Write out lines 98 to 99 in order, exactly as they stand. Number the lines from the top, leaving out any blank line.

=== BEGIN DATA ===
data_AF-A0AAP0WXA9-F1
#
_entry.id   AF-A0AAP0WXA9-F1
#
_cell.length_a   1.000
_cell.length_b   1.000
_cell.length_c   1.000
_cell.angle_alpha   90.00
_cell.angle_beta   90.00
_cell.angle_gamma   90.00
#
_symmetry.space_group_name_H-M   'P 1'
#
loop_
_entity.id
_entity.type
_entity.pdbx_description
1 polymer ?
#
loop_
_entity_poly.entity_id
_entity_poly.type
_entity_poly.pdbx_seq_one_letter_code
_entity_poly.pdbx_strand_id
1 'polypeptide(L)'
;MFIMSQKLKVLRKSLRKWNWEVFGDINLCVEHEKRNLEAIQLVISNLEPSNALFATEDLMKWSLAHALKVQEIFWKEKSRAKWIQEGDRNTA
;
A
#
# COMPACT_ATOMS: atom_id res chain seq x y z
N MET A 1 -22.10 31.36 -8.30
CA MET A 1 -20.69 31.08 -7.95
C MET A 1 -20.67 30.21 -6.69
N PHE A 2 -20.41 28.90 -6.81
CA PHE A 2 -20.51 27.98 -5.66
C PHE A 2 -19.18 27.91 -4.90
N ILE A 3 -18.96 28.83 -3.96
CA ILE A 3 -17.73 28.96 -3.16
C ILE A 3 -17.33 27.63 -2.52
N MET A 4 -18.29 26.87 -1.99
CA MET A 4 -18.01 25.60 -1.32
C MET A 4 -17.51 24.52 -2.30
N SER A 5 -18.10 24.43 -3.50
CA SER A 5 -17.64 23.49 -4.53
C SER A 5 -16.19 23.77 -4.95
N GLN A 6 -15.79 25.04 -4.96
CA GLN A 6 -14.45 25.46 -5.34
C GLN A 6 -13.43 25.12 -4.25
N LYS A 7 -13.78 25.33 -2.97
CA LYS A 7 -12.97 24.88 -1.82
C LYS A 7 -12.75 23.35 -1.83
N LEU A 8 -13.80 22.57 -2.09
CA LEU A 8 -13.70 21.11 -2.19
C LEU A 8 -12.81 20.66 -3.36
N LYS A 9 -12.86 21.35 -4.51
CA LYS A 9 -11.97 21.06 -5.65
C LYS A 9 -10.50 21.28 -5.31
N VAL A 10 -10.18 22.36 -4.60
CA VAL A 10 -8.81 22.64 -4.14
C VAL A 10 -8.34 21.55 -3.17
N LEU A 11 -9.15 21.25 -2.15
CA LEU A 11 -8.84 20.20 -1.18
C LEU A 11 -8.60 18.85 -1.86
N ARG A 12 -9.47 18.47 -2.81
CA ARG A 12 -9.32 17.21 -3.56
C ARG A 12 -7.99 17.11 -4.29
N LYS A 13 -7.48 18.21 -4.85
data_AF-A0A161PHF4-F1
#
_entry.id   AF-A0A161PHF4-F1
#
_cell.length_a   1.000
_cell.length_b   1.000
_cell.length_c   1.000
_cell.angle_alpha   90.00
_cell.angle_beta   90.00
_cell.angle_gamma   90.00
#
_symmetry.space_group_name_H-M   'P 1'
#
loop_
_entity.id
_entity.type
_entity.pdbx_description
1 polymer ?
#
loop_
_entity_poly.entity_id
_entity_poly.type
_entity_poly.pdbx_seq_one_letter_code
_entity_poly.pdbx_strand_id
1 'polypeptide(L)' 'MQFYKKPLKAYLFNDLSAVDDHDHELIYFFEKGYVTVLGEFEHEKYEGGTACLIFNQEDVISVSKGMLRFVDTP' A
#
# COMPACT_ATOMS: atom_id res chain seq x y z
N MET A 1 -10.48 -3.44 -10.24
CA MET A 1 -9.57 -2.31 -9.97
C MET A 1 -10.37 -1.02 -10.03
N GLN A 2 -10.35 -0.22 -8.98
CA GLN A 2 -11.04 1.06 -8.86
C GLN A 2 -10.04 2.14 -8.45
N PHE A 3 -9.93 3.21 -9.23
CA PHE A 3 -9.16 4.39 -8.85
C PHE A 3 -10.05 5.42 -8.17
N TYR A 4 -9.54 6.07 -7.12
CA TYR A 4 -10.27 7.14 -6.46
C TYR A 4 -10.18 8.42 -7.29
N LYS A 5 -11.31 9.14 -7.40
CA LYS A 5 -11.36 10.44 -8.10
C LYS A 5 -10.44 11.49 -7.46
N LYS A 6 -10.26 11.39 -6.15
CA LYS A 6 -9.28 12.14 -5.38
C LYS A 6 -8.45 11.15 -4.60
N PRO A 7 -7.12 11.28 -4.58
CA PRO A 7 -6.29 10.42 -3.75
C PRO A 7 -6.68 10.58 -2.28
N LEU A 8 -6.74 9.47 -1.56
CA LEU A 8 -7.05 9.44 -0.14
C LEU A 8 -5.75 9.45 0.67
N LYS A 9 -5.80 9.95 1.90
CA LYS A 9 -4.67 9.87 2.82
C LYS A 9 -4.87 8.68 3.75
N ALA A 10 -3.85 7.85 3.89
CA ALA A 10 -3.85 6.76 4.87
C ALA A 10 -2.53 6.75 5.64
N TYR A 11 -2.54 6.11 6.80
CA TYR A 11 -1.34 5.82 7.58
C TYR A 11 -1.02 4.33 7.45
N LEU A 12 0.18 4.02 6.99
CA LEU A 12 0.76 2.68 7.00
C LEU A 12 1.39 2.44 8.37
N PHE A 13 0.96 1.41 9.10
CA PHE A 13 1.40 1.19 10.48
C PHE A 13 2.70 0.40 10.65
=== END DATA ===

N GLN A 2 -10.35 -0.22 -8.98
CA GLN A 2 -11.04 1.06 -8.86